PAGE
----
Latest update: August 20th, 2012
The Securities and Exchange Commission on Friday announced fraud charges and an emergency asset freeze to halt a $600 million Ponzi scheme on the verge of collapse. The emergency action assures that victims can recoup more of their money and potentially avoid devastating losses.
The SEC alleges that online marketer Paul Burks of Lexington, N.C. and his company Rex Venture Group have raised money from more than one million Internet customers nationwide and overseas through the website ZeekRewards.com, which they began in January 2011.
Users who go into the zeekrewards.com website this morning, receive this message: “Zeek Rewards is currently unavailable. More information will be available shortly on this website.”
Not so with zeekinhebrew.blogspot.co.il, which appears to be the Israeli offshoot of the same outfit, and continues to function and lure in unsuspecting get-rich-quick seekers in Israel.
The home page is a Q & A that includes these paragraphs:
How much should you invest after joining ZeekRewards?
To profit from ZeekRewards, you must enter once a day and publish one of the ZeekRewards ads, it takes from one to two minutes a day. In addition, you can invest money in the website and increase your daily interest rate.
How soon see revenues in ZeekRewards?
Once you have registered on the site, you need to post an ad of your choice every day (from a pool of ZeekRewards ads) and paste your ad in one of the free sites that serve ads online (a full list is on the ZeekRewards website).
After you posted an ad, you receive a confirmation which you send to ZeekRewards.
Once you submitted the certificate at ZeekRewards, you have 24 hours during which you are entitled to earn money.
Within 24 hours you can see the revenues (relative to the amount you spent on the site). The gains come by check to your home once you choose [to collect].
According to the SEC’s complaint filed in federal court in Charlotte, N.C., customers were offered several ways to earn money through the ZeekRewards program, two of which involved purchasing securities in the form of investment contracts. These securities offerings were not registered with the SEC as required under the federal securities laws.
The SEC alleges that investors were collectively promised up to 50 percent of the company’s daily net profits through a profit sharing system in which they accumulate rewards points that they can use for cash payouts. However, the website fraudulently conveyed the false impression that the company was extremely profitable when, in fact, the payouts to investors bore no relation to the company’s net profits. Most of ZeekRewards’ total revenues and the “net profits” paid to investors have been comprised of funds received from new investors in classic Ponzi scheme fashion.
“The obligations to investors drastically exceed the company’s cash on hand, which is why we need to step in quickly, salvage whatever funds remain and ensure an orderly and fair payout to investors,” said Stephen Cohen, an Associate Director in the SEC’s Division of Enforcement. “ZeekRewards misused the power of the Internet and lured investors by making them believe they were getting an opportunity to cash in on the next big thing. In reality, their cash was just going to the earlier investor.”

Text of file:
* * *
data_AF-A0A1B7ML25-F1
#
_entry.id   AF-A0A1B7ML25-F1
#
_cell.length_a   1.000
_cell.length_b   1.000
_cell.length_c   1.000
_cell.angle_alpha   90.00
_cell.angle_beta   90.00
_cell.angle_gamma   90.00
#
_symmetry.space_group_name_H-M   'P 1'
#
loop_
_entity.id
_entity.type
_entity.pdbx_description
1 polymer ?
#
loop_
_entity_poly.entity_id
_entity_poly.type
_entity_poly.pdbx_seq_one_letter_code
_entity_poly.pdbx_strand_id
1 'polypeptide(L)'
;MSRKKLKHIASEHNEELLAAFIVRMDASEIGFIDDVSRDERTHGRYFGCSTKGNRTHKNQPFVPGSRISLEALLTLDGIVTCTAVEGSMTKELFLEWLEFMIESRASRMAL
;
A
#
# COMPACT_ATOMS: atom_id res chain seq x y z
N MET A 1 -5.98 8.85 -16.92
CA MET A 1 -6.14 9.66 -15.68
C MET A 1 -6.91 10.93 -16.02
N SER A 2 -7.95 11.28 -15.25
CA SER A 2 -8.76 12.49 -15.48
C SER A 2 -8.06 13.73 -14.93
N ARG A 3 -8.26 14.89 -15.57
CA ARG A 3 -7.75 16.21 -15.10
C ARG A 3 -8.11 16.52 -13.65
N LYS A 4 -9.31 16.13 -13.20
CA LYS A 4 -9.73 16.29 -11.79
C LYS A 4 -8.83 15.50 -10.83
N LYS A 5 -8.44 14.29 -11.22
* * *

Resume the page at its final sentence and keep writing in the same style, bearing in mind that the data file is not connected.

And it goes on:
The SEC’s complaint alleges that the scheme is teetering on collapse with investor funds at risk of dissipation without its emergency enforcement action. Last month, ZeekRewards brought in approximately $162 million while total investor cash payouts were approximately $160 million. If customers continue to increasingly elect to receive cash payouts rather than reinvesting their money to reach higher levels of rewards points, ZeekRewards’ cash outflows would eventually exceed its total revenue.
According to the SEC, Burks has agreed to settle the SEC’s charges against him without admitting or denying the allegations, and agreed to cooperate with a court-appointed receiver.
According to the SEC’s complaint, ZeekRewards has paid out nearly $375 million to investors to date and holds approximately $225 million in investor funds in 15 foreign and domestic financial institutions. Those funds will be frozen under the emergency asset freeze granted by the court at the SEC’s request. Meanwhile, Burks has personally siphoned several million dollars of investors’ funds while operating Rex Venture and ZeekRewards, and he distributed at least $1 million to family members. Burks has agreed to relinquish his interest in the company and its assets plus pay a $4 million penalty. Additionally, the court has appointed a receiver to collect, marshal, manage and distribute remaining assets for return to harmed investors.
The SEC’s investigation was conducted by Brian M. Privor and Alfred C. Tierney in the SEC’s Enforcement Division in Washington D.C. The SEC acknowledges the assistance of the Quebec Autorite des Marches Financiers and the Ontario Securities Commission.
About the Author: Yori Yanover has been a working journalist since age 17, before he enlisted and worked for Ba'Machane Nachal. Since then he has worked for Israel Shelanu, the US supplement of Yedioth, JCN18.com, USAJewish.com, Lubavitch News Service, Arutz 7 (as DJ on the high seas), and the Grand Street News. He has published Dancing and Crying, a colorful and intimate portrait of the last two years in the life of the late Lubavitch Rebbe, (in Hebrew), and two fun books in English: The Cabalist's Daughter: A Novel of Practical Messianic Redemption, and How Would God REALLY Vote.
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